What is Journalistic Learning?

A Systematic Approach

Journalistic Learning (JL) is a systematic approach to empowering students. It challenges them to read and write collaboratively about subjects aligned with their existing interests.
Journalistic Learning directly and unconditionally empowers students to learn based on the active and strategic pursuit of their own interests, not to regurgitate course content on demand.
Journalistic Learning gives students a Voice. It respects and supports that Voice by empowering young people to share their perspectives with one another and with their communities in a real world context.
Journalistic Learning fundamentally shifts the focus and orientation of learning from the teacher to the student to build and strengthen fundamental life skills necessary for success and fulfillment.

Student-Driven Learning

Journalistic Learning is student-driven learning, a powerful approach that allows young people to take ownership of their education by creating and publishing peer-directed media projects.

When students are guided to learn from their personal passions and interests rather than suppressed by “test-based” tedium, they emerge as confident critical thinkers and effective communicators.
Traditional education seeks to prepare students for the next “rung of the ladder” – an alleged pathway to academic success based on the premise they will amass a body of knowledge that will serve them at some point in the future. This standard approach is insufficient in an increasingly data-rich, on-demand, and high speed competitive world.

Redefining Classroom Literacy

The Journalistic Learning Initiative (JLI) seeks to redefine literacy in the classroom by embracing reading and writing not as an academic goal to be tested, but as a dimensional philosophy and lifeskill that includes effective communication of information and ideas to others through intentional use of technology and student-initiated learning.
When students are encouraged to explore their intrinsic interests, it validates their lived experiences. They discover unforeseen connections with the world around them, and emerge as self-determined, resilient, and intellectually curious learners with tangible skills they can deploy now.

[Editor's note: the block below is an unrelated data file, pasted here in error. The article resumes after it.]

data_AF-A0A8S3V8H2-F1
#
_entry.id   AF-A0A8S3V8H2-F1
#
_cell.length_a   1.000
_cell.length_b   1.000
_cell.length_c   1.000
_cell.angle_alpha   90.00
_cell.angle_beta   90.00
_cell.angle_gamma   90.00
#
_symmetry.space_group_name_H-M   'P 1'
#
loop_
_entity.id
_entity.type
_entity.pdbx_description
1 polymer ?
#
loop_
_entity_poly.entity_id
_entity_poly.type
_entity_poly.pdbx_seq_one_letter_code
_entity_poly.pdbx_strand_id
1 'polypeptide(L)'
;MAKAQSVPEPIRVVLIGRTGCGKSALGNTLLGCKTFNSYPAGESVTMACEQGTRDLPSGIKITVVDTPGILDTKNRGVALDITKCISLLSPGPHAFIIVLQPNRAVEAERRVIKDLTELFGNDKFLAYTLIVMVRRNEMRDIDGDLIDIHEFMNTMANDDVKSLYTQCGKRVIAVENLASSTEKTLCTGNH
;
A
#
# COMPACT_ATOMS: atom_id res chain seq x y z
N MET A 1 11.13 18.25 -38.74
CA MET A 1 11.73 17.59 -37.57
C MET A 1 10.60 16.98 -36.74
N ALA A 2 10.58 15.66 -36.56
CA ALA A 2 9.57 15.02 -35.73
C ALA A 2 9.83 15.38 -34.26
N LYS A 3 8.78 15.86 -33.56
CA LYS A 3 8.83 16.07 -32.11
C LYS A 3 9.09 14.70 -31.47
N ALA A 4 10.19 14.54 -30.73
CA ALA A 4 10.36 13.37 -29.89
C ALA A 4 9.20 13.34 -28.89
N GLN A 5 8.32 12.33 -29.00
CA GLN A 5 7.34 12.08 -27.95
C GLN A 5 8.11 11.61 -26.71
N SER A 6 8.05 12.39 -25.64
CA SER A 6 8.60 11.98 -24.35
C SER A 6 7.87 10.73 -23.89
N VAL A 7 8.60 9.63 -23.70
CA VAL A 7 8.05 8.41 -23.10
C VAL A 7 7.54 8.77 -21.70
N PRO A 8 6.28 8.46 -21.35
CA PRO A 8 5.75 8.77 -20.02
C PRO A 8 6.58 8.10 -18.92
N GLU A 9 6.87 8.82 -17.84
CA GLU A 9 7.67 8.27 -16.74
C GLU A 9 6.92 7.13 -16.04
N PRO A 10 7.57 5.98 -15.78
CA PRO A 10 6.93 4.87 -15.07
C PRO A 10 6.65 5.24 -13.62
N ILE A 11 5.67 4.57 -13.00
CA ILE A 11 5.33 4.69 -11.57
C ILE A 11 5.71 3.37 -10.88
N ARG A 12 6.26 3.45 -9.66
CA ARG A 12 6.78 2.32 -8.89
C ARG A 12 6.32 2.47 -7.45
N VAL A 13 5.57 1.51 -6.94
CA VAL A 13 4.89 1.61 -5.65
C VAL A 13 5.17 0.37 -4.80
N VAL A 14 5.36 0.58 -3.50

The Journalistic Learning Initiative was formed by a team of distinguished educators with vast experience in curriculum development.
WHAT WE BELIEVE
How you learn is just as important as what you learn.
WHAT WE BELIEVE
The context of learning is just as important and valuable as the content of learning.
WHAT WE BELIEVE
Collaborative learning and creation is more valuable than the individual learning and creation.
WHAT WE BELIEVE
Student accountability to one another, one’s school, and one’s community is just as important as being accountable to one’s teacher.
Advice For Aspiring Communicators
“The most important job of childhood and adolescence is to learn attachment to and trust in other people. That happens through human attention, presence, and conversation. When we think about putting children in the care of robots, we forget that what children really need to learn is that adults are there for them in a stable and consistent way.”
– SHERRY TURKLE, PROFESSOR OF THE SOCIAL STUDIES OF SCIENCE AND TECHNOLOGY, MIT
“This is our nick of time and our line to toe: to acknowledge the unintended consequences of technologies to which we are vulnerable, to respect the resilience that has always been ours. We have time to make the corrections. And to remember who we are—creatures of history, of deep psychology, of complex relationships. Of conversations artless, risky, and face-to-face.”
– SHERRY TURKLE, PROFESSOR OF THE SOCIAL STUDIES OF SCIENCE AND TECHNOLOGY, MIT
“Children need to learn what complex human feelings and human ambivalence look like. And they need other people to respond to their own expressions of that complexity. These are the most precious things that people give to children in conversation as they grow up. No robot has these things to teach.”
– SHERRY TURKLE, PROFESSOR OF THE SOCIAL STUDIES OF SCIENCE AND TECHNOLOGY, MIT